I guess what I'm saying is, I can find a penny any old day on the subway platform, in a gutter, left behind on the counter at Starbucks. I'm looking for something of greater value. If I've learned anything in the past three months, it's that the lowest common denominator comes too easily. It's anywhere you happen to look. Something that's worthwhile takes some work. Happiness takes work. Someone who is satisfied isn't necessarily happy, and heck, their satisfaction is often fleeting. Someone who is happy, I'd say is pretty darn satisfied.

Thursday, November 22, 2012

The Megillah Project: Finished!

It's finally finished! The Kohelet project is at long last done, and it feels like a milestone, another chapter finished. Literally, all that's left now of this semester of challenges is time. Three more weeks, and that's it!

Every word of Kohelet was hand-written into this 42-inch-long project, expressing my own past months of questions and searching and plain old not knowing. Now that it's finished, I feel like there's a sense of release, even though none of my questions were actually answered. But that's not to say that there hasn't been growth or progress.

This project was a reaction to the biggest disappointment I've ever suffered. It was a letdown that shook my faith in humanity and even in G-d, and facing it was the most challenging thing I've ever done. I'm not ashamed to admit this, because in stating it out loud, I've also acknowledged it, and faced it head-on. I never denied it was happening, or pushed it off to deal with later. I confronted it face-to-face, came to several decisions, and fought my way through on my own.

And here I am, still confused about a few things, but most definitely past any point where I'm afraid I won't be able to get through it. I did get through it, and I found a lot of new things and had a lot of new experiences along the way. Some were good, some were bad, some were frightening as all heck. But the point is, I had them, and I didn't have to compromise my principles, or change who I am. I'm still me, and I'm still here.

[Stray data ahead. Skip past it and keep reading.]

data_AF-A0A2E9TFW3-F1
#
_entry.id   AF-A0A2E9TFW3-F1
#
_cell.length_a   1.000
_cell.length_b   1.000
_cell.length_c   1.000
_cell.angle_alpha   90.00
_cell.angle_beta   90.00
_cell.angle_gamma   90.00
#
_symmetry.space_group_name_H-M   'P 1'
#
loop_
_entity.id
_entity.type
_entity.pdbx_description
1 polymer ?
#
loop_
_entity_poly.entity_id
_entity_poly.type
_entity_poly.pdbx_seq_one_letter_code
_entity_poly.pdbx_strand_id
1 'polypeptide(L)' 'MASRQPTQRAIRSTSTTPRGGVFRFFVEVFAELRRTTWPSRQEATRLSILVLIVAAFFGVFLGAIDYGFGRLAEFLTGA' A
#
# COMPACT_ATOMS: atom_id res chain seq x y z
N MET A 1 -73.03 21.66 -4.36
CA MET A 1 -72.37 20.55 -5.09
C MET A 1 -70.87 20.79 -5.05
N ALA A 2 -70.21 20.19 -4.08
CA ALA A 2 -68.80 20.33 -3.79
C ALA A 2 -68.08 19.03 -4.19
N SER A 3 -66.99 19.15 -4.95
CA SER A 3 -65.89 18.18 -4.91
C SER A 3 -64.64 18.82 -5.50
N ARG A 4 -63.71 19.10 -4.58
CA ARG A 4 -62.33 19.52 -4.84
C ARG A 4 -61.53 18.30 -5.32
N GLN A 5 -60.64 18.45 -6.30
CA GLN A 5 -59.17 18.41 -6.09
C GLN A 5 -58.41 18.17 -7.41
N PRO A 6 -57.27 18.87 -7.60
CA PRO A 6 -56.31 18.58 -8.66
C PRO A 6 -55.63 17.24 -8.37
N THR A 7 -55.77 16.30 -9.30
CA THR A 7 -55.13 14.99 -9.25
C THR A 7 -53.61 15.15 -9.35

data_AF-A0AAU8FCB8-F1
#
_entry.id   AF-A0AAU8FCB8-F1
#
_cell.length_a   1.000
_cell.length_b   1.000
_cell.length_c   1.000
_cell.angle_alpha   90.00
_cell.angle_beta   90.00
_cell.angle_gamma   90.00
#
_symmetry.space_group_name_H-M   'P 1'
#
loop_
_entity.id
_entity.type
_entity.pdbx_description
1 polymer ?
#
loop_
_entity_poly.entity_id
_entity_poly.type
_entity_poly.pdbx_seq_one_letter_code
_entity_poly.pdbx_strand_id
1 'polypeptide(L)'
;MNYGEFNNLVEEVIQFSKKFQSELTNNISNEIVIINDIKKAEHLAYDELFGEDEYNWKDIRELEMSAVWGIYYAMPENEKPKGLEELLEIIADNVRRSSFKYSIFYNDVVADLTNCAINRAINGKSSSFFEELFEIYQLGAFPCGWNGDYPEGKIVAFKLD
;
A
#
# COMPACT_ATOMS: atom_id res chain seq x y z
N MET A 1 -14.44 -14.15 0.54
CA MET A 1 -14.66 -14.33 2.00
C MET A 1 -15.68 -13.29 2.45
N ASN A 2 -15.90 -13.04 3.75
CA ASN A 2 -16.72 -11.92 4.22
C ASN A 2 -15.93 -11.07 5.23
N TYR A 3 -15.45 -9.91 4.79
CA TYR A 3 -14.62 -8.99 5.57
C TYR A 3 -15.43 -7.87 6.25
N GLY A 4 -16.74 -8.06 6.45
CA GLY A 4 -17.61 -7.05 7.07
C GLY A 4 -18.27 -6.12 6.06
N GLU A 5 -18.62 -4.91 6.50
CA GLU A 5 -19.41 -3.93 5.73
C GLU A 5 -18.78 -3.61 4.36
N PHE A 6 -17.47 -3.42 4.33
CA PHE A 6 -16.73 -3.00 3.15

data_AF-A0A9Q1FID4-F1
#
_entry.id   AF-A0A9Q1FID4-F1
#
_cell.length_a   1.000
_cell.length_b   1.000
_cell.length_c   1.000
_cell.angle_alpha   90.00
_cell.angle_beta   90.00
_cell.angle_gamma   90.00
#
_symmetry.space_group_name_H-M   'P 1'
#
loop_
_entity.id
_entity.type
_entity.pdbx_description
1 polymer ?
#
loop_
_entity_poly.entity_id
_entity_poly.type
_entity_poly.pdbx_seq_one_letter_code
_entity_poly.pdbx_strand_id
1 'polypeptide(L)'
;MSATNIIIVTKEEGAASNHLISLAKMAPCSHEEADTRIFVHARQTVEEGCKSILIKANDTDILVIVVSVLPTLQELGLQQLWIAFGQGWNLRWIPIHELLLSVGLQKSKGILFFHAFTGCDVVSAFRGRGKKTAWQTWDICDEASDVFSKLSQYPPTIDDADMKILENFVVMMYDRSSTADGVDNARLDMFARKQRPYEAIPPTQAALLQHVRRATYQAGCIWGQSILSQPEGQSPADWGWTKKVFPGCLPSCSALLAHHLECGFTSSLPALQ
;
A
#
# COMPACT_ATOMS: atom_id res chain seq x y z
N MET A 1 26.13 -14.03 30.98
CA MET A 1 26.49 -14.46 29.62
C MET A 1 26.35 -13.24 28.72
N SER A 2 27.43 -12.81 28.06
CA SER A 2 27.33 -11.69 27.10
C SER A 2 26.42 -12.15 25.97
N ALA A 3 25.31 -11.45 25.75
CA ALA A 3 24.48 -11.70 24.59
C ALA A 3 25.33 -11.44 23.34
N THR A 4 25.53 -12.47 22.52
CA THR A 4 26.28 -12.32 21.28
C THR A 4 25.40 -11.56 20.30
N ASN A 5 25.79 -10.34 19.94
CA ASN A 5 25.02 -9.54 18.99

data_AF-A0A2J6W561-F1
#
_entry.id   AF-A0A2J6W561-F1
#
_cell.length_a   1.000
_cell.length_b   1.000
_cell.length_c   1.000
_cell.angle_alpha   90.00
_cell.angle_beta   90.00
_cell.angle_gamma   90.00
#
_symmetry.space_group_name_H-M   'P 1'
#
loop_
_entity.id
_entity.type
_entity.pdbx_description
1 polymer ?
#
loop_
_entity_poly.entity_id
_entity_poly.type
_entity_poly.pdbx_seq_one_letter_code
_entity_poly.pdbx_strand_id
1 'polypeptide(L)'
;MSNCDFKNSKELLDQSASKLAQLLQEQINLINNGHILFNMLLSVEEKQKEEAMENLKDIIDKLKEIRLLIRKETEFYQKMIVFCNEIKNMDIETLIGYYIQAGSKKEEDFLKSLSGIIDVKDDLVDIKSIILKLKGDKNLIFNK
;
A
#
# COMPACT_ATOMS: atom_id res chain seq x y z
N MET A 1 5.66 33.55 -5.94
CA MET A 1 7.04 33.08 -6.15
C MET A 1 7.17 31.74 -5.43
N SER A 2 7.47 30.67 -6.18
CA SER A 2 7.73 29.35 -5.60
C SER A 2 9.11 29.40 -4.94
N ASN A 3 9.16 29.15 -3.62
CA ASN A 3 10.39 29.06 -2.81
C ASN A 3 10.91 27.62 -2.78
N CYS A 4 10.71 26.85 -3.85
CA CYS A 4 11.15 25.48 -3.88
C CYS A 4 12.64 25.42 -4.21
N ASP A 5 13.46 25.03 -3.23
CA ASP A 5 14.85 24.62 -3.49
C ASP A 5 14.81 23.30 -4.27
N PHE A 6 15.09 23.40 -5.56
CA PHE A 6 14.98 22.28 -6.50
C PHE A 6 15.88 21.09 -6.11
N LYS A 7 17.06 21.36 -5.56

I fought my way through three months of uncertainty and fear, and now I have this project to show for it, one of the most labor-intensive paper-cuts I've ever made. I'm done now. And I never have to look back. And as soon as this semester's over, I can exhale and know that I did the very best I could with the tools I had. Maybe it's a little egotistical, but I'm proud of me.

Tuesday, November 20, 2012

Summer in San Francisco: The Kickoff and Conclusion

Today is a very big day for me, in both the real-world and cosmic sense.

Today is the day Studio G-dcast releases my video.

In August, I spent two weeks in San Francisco, of which six very intense days were filled by Studio G-dcast, the Jewish-Educational fellowship I'd signed on for. For those of you unfamiliar with G-dcast, you can find all the info you need here, but in a nutshell, they're an awesome organization that creates animated short films based on Jewish topics for use in educational settings. Bible stories, holiday tales, etc.